PodMov Daily: Friday, November 13
Episode 319: Week Download Complete
The Booming Business of Sports Podcasting in 2020
In part one of a sports podcast ecosystem series, Tom Bassam of SportsPro surveys the diversifying business scene in 2020. Kevin Jones, the founder of Blue Wire, and Rich Kleiman, the business partner of two-time NBA title winner Kevin Durant, discuss how they’re expanding their brands in a changing field.
For Jones, niche fan enthusiasm is worth losing money on 80% of his network’s shows. “The premise of Blue Wire is that these social-first creators are the new sports radio hosts,” he says. “We think there is a transfer of power happening between older beat reporters and these sports influencers we're working with.”
Thirty Five Ventures, Kleiman and Durant’s investment company, recently launched a sports podcast network without pretension. “I’m not calling up Joe Rogan or Malcolm Gladwell and having a conversation like it’s one podcaster to another,” Kleiman explains. “We’re doing it because I’m trying to build a brand.”
Worth the Effort: Follow-Up Gifts for Podcast Guests
“I’ve guested on over 30 podcasts to date,” says Scott Stockdale. “No one has ever sent me a thank you card.” The host of Entrepreneurs Can Party has added them to his podcast workflow: “If you’re not sending follow up gifts to your podcast guests, you’re potentially missing out on a well of deeper connections.”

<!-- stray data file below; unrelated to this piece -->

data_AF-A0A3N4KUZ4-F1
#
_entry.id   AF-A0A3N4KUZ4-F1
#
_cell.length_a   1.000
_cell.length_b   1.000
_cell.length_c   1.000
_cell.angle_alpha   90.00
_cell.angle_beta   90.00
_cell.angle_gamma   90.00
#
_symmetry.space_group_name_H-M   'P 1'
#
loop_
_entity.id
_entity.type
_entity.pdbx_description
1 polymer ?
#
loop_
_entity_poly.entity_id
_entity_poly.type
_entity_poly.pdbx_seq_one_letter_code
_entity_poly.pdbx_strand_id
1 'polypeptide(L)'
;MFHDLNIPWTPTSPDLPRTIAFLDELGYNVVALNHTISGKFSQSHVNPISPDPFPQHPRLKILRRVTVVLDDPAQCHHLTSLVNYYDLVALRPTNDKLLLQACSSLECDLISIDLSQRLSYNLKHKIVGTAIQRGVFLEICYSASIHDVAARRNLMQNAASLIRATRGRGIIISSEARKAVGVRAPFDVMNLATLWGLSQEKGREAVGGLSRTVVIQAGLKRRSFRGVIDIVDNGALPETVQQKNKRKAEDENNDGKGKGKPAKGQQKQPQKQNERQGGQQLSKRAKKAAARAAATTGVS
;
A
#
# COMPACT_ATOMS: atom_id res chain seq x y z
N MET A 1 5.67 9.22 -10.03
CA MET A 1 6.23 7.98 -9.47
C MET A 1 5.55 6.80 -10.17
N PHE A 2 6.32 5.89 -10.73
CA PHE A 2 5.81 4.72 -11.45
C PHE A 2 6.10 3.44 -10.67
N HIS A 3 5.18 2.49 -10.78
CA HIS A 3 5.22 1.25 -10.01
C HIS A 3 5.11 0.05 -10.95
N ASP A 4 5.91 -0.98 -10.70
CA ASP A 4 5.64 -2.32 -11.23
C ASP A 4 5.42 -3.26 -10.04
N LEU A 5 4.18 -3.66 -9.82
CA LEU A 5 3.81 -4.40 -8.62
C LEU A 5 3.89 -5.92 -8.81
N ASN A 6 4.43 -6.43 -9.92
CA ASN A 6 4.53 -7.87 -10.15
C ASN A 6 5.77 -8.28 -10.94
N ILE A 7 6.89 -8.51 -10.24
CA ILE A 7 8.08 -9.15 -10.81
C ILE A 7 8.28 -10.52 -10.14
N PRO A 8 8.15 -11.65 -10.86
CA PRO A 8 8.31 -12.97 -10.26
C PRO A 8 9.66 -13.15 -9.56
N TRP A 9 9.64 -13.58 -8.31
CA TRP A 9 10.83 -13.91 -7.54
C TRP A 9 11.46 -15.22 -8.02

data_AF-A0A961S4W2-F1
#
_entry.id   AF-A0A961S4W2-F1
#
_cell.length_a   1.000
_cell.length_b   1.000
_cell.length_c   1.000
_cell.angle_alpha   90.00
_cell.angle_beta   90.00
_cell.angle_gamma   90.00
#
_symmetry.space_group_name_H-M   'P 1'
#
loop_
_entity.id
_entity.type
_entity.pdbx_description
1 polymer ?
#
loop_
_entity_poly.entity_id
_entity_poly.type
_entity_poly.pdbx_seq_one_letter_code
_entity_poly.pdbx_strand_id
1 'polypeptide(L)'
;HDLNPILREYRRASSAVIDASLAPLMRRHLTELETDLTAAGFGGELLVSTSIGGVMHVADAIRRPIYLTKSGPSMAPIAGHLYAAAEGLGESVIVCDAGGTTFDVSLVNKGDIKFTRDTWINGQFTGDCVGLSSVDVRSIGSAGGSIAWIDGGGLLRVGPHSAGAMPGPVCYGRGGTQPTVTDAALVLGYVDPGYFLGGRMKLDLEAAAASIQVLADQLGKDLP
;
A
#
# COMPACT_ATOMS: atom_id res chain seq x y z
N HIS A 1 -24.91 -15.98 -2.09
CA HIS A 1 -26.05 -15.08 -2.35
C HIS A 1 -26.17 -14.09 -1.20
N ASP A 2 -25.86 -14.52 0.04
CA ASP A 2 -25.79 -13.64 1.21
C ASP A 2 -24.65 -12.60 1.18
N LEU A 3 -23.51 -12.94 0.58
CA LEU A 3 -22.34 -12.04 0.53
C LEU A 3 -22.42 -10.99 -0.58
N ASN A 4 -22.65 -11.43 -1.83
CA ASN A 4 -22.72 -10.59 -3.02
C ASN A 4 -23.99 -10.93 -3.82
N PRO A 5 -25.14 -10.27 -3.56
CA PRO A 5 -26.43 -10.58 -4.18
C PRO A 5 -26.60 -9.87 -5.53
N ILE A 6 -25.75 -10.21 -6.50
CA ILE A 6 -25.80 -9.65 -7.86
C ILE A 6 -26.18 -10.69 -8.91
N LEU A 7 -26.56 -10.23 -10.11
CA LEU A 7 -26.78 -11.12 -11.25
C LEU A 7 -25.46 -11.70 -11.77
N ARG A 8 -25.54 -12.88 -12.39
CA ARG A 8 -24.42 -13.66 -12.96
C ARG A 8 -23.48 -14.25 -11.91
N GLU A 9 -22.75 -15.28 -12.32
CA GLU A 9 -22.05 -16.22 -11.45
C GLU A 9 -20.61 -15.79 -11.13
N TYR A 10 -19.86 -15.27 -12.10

Expecting certain benefits is not the point, Stockdale explains. “The guest may share the gift across their social channels which may lead to more followers and podcast exposure. Note: I never ask or expect guests to do this. In my opinion, asking for something in return would turn a thoughtful gift into a bargaining chip.”
He usually sends a card, a copy of his favorite (short) entrepreneurial book, and a show-branded bookmark. However, “a thoughtful, handwritten card is more than enough.” Stockdale’s guests have responded with surprise and delight. “Following up with a gift to show your appreciation is always worth the effort.”
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Here's what else is going on:
- Legal beat: Veritone has launched audio-only licensing services for its library of historic archives. Podcasters will have access to “millions of hours of AI-searchable audio and video content,” including historic footage of “60 Minutes,” NCAA championship games, and user-generated material.
- Indie rocks: PodTales continues this weekend and next weekend. The audio drama and fiction podcasting festival, online this year, is free and open to the public. Live-streamed expert programming like “The Role of Music in Storytelling” will be accessible via link on the day of each event.
- Sonic youth: On her children’s podcast Little Mind Chats, nine-year-old Siyona Vikram explores “mini minds with mega thoughts.” She’s covering education in its third season, following health and space in the first two. Since April, the show has reached 33 countries and 293 cities worldwide.
- Club rules: “Can Spotify really convince people to pay for podcasts?” asks Joshua Benton of Nieman Lab. The company is reportedly considering a podcast-only subscription service. Many have failed to compete with free and easy: “The market for paid premium podcasts is pointedly unproven.”